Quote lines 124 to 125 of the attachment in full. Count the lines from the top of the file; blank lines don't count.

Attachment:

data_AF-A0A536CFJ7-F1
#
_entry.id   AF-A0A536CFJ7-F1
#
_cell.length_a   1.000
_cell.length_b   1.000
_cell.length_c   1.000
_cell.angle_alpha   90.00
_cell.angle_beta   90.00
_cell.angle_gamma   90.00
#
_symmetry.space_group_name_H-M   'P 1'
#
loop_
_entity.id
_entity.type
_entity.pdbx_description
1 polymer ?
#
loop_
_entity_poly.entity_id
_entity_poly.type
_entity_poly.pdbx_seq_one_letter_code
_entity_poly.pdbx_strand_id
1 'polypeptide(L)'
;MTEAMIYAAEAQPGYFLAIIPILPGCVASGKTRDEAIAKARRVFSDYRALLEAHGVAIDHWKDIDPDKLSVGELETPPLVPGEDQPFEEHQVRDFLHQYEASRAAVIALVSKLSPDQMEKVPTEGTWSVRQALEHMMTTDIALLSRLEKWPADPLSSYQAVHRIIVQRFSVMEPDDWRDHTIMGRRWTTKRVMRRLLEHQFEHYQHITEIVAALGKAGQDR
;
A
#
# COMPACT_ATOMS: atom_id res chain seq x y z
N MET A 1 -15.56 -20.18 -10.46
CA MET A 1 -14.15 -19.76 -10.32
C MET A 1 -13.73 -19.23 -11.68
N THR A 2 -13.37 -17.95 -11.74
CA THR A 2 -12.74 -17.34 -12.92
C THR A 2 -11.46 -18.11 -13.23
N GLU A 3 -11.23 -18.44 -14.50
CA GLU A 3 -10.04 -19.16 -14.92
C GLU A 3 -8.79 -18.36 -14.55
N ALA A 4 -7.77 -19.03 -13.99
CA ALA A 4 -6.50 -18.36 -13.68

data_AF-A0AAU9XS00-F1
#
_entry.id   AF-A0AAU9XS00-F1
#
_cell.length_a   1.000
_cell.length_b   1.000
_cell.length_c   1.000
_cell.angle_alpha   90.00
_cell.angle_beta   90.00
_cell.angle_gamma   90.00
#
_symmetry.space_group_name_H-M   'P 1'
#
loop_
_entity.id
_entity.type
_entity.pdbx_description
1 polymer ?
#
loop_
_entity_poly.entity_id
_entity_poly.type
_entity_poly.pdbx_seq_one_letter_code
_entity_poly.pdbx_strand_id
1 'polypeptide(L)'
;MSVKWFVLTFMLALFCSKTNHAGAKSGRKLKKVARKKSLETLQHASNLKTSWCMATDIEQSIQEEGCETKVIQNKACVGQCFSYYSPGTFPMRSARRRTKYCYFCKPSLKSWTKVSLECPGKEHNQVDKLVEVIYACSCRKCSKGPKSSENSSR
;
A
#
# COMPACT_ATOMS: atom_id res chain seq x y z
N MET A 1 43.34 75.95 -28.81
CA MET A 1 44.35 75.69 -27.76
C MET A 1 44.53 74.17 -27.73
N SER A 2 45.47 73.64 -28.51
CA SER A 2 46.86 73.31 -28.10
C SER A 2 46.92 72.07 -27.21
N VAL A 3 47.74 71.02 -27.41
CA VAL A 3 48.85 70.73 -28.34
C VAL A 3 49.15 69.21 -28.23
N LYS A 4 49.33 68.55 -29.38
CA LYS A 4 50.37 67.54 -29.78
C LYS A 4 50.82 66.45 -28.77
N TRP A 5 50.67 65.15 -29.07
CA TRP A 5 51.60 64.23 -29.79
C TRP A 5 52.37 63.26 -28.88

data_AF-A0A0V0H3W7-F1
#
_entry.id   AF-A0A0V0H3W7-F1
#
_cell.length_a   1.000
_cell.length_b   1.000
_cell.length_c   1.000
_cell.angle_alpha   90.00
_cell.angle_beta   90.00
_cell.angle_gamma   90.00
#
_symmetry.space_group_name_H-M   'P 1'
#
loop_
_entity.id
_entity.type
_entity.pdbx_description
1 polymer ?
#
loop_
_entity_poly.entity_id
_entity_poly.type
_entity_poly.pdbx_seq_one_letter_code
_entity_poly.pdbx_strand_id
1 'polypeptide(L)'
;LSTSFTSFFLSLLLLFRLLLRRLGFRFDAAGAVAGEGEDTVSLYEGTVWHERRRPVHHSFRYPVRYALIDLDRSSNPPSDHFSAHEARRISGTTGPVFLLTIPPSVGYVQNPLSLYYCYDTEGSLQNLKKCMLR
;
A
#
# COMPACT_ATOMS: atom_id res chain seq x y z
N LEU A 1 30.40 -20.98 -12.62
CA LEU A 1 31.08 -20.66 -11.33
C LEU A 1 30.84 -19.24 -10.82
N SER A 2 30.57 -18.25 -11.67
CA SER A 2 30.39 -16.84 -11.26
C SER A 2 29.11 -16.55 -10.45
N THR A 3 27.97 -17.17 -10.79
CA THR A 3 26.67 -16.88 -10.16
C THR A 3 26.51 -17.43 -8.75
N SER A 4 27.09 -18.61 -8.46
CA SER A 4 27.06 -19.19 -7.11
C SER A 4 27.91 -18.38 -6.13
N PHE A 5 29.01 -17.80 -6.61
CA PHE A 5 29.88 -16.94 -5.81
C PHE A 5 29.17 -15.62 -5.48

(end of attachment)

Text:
CA THR A 3 26.67 -16.88 -10.16
C THR A 3 26.51 -17.43 -8.75